Update (7pm, 3/15/20): Gov. Charlie Baker announced on Sunday that all schools across the state will be closed through April 6, extending beyond what could have been a March 30 re-opening in Wellesley. No on-premise consumption at restaurants until April 6 either.
With so many canceled or postponed events, including cultural, sports and religious activities, the streets of Wellesley are quieter than usual this weekend as people and organizations take action regarding the coronavirus (COVID-19). While we did see a smattering of political supporters holding signs outside Town Hall on Saturday to grab attention of those voting via absentee ballot, the number of runners along the Boston Marathon course was way, way down from recent weeks after the race was postponed until September.
Things are getting quieter still as more businesses announce plans to temporarily shut their doors. The latest: Wellesley Books, which will be closed from Monday, March 16 through Sunday, March 29. You can still order online or by phone, as staff will be taking phone orders during the day.
Wellesley Bakery too is closing for 2 weeks.
Others, such as art gallery and framing shop Page Waterman, are maintaining normal hours. However, for customer framing services they request you make an appointment. The March 21 special event, a talk by John Hagen about Frank Weston Benson, has been canceled. “As an art gallery, maintaining a high standard of cleanliness is always a priority. Page Waterman cleans all surfaces multiple times each day. In addition, employees are required to regularly wash their hands throughout each day in-store and are required to stay home if they feel sick and until they provide the necessary documentation that states that they are safe to return to work.”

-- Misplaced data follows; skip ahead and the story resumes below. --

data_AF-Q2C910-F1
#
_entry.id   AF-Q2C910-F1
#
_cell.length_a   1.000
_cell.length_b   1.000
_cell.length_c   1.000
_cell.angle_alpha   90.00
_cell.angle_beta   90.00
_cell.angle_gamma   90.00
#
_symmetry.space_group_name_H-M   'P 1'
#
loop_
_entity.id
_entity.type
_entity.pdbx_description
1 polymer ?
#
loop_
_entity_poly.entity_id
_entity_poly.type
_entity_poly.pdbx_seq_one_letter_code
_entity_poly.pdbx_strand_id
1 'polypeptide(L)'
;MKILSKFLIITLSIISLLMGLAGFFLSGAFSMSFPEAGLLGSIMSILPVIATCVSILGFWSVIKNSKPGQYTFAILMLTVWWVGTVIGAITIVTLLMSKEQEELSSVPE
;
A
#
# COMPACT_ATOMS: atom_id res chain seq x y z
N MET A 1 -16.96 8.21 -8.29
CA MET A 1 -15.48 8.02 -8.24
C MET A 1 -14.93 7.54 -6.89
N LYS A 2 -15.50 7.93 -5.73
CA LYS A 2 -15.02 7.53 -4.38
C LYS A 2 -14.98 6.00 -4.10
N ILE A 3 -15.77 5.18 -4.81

Some in town are curious about how the town will respond if things become more extreme. “Do you have any ability to find out about the town’s plans for critical infrastructure like supplying water, electricity, sewer, etc?” wrote one Swellesley reader on Sunday morning.
We reached out to town officials, and heard back quickly from Stephanie Hawkinson, Wellesley’s communications and project manager.
“Our infrastructure is not impacted by the Coronavirus situation and will continue to operate as normal,” she wrote. “Our DPW staff continues to maintain water/sewer lines and WMLP continues to maintain electricity 24 hours a day, and internet to our commercial partners, and to respond to emergencies. Those departments are staffed 24/7 and the Town is taking precautionary measures to ensure the health of those employees.”
The town’s plans were put in place before Wellesley was accepted into the state’s Municipal Vulnerability Preparedness program, which largely focuses on climate change.
MassBay moving online
MassBay Community College, which has a campus in Wellesley, has announced that it will use this coming week to transition more courses online. The school, which is on spring break this week, plans to have transitioned many courses to online by the time students return. The school already offers some of its courses online.